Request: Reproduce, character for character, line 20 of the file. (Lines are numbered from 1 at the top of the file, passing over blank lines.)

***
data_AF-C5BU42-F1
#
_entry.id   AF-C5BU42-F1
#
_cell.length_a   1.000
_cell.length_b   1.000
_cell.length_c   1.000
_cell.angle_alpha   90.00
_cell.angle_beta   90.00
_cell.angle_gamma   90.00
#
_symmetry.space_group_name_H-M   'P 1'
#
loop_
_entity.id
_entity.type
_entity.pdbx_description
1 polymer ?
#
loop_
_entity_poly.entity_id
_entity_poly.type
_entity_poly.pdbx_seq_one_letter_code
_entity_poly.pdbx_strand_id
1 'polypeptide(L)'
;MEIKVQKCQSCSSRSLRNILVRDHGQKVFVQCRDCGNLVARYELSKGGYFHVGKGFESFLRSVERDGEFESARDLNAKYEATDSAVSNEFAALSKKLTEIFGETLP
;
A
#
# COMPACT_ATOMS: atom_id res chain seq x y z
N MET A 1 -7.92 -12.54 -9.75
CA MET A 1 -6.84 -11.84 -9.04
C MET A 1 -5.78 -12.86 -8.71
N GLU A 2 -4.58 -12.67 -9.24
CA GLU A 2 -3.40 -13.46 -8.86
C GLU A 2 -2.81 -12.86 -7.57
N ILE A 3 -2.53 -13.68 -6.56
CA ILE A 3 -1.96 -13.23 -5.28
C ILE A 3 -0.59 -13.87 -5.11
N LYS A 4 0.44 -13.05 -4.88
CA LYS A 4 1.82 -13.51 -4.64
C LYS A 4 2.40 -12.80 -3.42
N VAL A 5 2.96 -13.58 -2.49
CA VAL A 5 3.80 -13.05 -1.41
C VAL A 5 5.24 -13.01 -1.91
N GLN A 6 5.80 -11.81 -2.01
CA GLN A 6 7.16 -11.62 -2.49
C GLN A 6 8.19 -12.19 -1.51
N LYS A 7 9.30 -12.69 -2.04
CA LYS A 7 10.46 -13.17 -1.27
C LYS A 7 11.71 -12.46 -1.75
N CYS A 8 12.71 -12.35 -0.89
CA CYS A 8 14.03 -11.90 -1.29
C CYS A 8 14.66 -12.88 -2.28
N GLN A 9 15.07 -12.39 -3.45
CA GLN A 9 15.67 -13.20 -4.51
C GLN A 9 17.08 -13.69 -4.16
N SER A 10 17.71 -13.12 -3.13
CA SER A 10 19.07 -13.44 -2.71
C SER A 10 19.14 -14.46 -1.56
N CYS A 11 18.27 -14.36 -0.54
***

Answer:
loop_